termite damage inside gaitlinburg home

According to Termite Infestation Probability Zones (TIP Zones), Tennessee is located in TIP Zone #2, which is categorized as moderate to heavy. This means that the potential for termite damage in our great state is considered significant. The type of termites we battle most are called subterranean termites. These termites live in the soil but will crawl up into the wooden structures of homes and businesses, eating away at support beams and other areas, potentially causing extensive damage.

Since termites cost American home and business owners around $5 billion each year, it is crucial for you to be able to spot the signs of a termite infestation. We have put together the following list of things to look--and listen--for, so you can be aware of the danger before the damage becomes severe.

  • Termite swarmers: When a termite colony matures, male and female alates, or termite swarmers, will be produced. These winged termites will leave their colony in search of new areas in which to create new colonies. Eastern subterranean termites (the type we have here in TN) typically swarm during the day between February and May, and usually on a warm day after a rainfall. They may also swarm during the winter months inside a heated building. If you see a termite swarm within your home or business, this is a near-certain sign that you have at least one mature colony already thriving inside the walls of your building.

  • Termite swarmer discarded wings: Male and female swarmers don't hang around long outside of the shelter of the wood. After mating, they quickly shed their wings and disappear again. If you missed the swarm, you may find scattered swarmer wings near closed windows, doors, and other places. These wings will be white in color and uniform in size.

  • Mud tubes: Termites require moisture to survive, so they will build tubes from the soil up into the wood of a structure. This allows them to travel in safety, away from the drying effects of the sun and outside air. Look around your foundation walls, and inside your basement for these pencil-sized mud tubes. They can often be found in crawl spaces as well or in hard-to-get-at places such as underneath decks, porches, and exterior stair encasements. If you find mud tubes, break off a piece and check it a few days later to see if it has been repaired. If it has, then you have an active infestation.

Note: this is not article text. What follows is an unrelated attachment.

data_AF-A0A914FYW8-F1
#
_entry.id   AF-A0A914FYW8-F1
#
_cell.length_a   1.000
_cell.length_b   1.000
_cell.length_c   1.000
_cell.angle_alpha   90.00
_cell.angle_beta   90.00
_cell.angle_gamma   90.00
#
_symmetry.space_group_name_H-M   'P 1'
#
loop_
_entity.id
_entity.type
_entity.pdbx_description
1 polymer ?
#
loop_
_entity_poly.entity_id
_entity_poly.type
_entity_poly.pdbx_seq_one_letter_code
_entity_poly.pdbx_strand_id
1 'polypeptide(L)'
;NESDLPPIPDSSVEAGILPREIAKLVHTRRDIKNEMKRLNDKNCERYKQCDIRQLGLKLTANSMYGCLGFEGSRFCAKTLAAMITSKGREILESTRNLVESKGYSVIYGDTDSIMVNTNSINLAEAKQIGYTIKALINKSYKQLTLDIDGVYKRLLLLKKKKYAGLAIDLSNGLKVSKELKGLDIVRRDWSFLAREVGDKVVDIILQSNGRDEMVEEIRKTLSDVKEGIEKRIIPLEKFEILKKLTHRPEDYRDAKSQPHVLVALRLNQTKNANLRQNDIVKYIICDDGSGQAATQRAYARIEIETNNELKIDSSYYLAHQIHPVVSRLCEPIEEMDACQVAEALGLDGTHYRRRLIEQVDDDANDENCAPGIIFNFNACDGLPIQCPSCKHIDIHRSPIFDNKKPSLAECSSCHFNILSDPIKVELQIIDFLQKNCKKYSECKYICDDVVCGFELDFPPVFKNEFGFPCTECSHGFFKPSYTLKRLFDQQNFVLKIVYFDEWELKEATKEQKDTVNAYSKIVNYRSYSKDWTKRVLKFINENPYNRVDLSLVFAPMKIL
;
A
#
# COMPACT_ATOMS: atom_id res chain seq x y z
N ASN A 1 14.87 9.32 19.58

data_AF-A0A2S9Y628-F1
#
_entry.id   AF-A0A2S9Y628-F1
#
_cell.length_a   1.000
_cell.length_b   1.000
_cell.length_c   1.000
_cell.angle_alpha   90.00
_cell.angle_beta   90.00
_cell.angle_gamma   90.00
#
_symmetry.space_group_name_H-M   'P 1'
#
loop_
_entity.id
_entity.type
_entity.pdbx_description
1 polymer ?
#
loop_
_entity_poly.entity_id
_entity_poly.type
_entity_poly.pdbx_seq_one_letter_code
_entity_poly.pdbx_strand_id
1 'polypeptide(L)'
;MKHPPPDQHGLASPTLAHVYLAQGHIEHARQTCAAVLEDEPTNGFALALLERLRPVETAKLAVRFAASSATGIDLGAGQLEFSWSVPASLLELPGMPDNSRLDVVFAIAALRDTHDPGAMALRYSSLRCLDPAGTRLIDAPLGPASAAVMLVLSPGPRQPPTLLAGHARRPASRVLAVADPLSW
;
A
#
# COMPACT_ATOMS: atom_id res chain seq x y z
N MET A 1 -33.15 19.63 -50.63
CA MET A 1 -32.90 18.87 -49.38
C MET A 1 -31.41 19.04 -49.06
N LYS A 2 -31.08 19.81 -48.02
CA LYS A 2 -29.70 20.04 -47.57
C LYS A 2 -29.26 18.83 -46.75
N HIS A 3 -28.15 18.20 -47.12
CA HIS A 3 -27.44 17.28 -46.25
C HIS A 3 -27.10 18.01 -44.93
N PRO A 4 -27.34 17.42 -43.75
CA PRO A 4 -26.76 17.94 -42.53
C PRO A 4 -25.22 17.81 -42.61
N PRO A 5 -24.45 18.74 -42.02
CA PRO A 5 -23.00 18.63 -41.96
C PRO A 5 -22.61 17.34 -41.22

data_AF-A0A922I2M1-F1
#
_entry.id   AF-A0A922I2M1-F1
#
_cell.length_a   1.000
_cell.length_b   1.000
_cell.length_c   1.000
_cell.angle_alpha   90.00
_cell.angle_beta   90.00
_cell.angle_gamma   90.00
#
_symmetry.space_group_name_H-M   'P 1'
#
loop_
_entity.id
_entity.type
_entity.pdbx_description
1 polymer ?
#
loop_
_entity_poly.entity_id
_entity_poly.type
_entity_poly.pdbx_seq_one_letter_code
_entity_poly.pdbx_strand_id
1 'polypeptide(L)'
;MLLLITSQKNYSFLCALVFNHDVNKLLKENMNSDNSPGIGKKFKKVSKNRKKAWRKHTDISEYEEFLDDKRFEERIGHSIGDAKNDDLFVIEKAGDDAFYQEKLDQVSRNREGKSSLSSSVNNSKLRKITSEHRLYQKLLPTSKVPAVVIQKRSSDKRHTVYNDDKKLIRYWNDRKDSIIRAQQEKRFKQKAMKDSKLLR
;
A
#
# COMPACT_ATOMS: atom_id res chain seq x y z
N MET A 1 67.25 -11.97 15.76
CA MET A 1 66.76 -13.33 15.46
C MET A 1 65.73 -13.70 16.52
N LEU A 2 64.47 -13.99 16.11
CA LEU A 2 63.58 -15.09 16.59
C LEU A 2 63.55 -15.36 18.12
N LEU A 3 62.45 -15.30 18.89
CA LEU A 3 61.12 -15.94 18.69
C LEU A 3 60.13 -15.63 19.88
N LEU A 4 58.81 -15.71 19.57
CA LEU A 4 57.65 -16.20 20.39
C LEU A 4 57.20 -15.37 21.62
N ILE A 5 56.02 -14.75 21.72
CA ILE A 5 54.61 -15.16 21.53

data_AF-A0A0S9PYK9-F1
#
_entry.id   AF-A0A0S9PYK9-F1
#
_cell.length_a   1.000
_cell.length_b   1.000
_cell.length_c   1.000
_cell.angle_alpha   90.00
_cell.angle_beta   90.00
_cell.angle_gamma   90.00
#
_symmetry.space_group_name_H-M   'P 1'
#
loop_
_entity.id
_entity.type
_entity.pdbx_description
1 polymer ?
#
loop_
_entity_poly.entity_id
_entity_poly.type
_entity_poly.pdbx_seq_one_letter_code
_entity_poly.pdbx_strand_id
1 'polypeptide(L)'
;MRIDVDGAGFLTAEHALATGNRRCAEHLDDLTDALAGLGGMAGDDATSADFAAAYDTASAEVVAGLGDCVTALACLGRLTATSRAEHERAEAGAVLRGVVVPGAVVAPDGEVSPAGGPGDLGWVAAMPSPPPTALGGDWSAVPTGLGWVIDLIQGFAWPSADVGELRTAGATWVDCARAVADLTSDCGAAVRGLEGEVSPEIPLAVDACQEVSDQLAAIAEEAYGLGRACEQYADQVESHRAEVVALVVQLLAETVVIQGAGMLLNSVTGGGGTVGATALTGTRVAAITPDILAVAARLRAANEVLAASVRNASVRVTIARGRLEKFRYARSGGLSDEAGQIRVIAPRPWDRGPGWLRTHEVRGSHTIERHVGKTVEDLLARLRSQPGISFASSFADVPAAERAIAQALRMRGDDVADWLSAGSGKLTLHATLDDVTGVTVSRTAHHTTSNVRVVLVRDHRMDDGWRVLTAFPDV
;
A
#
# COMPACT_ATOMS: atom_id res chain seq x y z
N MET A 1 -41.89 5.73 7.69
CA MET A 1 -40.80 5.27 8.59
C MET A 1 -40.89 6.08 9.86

• Termite nests: Although Formosan subterranean termites in Tennessee are extremely rare, they have been found. This type of termite does not need to build mud tubes because they are able to exist entirely within the walls of a structure. If you find a nest in your attic that looks like packed mud that is the same color as the soil outside your home, you may be looking at a Formosan subterranean termite nest.

  • Warping floors, ceilings, or walls: If your floors begin to have a noticeable warp, this can be a sign of termite activity. Similarly, walls may begin to bulge or ceilings to sag. Termite feeding activity will eventually cause support beams to weaken, which will cause your house to warp and sag. This kind of damage can also cause windows to stop opening and closing properly, and doors to stick.

  • Termites: This "sign" will typically only be seen if you are undertaking a building project. If you rip out a wall and you see a mass of what looks like wiggling white worms with legs, you have termites!

  • Hollow sounding wood. If you tap on wooden supports or studs, and you hear a hollow sound, this may be an indication that you have termites eating tunnels inside.

  • Clicking noises inside walls: Termite workers will bang their heads against their tunnel walls in order to communicate with other termites. If you press your ear against an area where they are actively working, you may be able to hear this subtle sound.

These are signs to look for in the case of a subterranean termite infestation. It is important to note, however, that although another type of termite, drywood termites, are not established in Tennessee, it is possible for them to travel in wooden objects (such as furniture and wine crates). When this happens, they can be found infesting areas far away from their natural habitats. Whether you suspect subterranean termites or drywood termites, a licensed termite inspector will be able to definitively determine if you have an infestation, and what type it is. Reach out to Russell's Pest Control today and learn more about our termite control program.


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